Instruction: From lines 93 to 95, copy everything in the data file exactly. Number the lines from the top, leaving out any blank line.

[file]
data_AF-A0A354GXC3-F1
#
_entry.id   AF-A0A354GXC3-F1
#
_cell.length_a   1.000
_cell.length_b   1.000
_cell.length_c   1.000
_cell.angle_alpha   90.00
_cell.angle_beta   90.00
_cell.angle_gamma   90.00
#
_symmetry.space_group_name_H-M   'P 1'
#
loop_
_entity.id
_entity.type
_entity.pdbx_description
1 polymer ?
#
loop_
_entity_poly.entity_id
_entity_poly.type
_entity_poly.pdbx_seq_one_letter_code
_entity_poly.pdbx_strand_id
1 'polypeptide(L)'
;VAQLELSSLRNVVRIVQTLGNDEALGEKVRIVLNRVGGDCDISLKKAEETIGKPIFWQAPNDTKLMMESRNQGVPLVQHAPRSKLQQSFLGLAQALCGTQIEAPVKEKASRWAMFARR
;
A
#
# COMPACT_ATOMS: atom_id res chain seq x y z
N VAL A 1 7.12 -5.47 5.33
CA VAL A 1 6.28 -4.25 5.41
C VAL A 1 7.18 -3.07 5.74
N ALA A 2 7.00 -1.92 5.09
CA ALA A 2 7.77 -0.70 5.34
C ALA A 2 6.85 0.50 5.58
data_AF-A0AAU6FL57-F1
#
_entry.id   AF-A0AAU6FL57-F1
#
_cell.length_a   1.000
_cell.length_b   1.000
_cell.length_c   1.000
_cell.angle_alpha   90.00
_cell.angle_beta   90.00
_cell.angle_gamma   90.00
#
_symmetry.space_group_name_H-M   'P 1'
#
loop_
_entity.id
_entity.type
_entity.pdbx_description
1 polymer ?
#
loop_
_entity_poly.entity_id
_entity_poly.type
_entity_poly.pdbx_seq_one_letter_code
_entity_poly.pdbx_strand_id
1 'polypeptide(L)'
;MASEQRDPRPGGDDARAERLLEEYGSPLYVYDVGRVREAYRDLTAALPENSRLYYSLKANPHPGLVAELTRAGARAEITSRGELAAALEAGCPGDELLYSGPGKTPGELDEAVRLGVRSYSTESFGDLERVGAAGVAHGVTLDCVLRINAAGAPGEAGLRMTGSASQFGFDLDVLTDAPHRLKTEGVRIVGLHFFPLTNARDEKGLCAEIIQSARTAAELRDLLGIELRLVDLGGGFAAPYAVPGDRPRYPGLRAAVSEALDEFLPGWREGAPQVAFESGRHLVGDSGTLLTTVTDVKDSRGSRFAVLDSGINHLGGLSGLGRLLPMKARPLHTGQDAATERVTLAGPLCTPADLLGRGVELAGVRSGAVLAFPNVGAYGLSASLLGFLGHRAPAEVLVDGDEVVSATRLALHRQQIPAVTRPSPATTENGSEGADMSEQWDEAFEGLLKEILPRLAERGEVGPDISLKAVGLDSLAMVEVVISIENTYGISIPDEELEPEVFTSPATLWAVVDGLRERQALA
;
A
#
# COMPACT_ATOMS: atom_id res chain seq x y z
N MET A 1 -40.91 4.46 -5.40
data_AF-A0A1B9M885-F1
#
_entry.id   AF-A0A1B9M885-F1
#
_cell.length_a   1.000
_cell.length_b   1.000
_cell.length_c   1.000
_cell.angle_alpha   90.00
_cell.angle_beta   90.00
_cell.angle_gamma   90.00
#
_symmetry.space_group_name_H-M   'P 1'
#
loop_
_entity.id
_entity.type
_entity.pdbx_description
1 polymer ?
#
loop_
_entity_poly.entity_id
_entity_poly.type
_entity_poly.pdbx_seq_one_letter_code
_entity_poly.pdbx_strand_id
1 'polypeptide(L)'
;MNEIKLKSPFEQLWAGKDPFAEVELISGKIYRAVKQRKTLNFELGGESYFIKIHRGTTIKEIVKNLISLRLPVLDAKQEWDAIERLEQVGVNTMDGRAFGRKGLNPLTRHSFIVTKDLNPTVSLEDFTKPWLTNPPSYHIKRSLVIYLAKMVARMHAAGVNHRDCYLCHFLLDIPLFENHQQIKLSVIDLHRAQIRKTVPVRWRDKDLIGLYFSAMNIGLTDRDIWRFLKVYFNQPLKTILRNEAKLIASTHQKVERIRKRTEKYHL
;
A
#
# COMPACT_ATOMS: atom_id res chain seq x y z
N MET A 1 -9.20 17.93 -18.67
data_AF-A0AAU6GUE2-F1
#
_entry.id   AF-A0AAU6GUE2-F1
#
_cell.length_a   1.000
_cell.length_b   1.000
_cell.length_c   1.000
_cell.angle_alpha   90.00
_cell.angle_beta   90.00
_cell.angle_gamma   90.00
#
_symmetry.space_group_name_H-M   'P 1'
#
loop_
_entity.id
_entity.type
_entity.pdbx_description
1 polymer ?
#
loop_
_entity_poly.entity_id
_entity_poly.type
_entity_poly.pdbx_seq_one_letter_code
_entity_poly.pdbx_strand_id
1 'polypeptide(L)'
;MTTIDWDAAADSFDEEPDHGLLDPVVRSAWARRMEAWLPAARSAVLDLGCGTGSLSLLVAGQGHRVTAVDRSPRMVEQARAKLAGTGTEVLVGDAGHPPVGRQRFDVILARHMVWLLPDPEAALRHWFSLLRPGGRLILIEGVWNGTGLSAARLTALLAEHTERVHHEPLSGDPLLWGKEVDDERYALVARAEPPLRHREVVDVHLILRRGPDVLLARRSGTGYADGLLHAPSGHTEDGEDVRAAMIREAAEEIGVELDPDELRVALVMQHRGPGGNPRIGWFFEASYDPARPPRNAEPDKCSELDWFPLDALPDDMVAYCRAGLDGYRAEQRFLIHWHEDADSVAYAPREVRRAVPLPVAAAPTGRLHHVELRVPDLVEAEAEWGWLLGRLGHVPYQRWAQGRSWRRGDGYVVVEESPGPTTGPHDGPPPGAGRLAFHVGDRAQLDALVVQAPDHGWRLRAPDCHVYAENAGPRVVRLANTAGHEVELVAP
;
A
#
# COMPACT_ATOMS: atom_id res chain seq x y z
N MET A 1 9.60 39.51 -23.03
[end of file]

;MNEIKLKSPFEQLWAGKDPFAEVELISGKIYRAVKQRKTLNFELGGESYFIKIHRGTTIKEIVKNLISLRLPVLDAKQEWDAIERLEQVGVNTMDGRAFGRKGLNPLTRHSFIVTKDLNPTVSLEDFTKPWLTNPPSYHIKRSLVIYLAKMVARMHAAGVNHRDCYLCHFLLDIPLFENHQQIKLSVIDLHRAQIRKTVPVRWRDKDLIGLYFSAMNIGLTDRDIWRFLKVYFNQPLKTILRNEAKLIASTHQKVERIRKRTEKYHL
;
A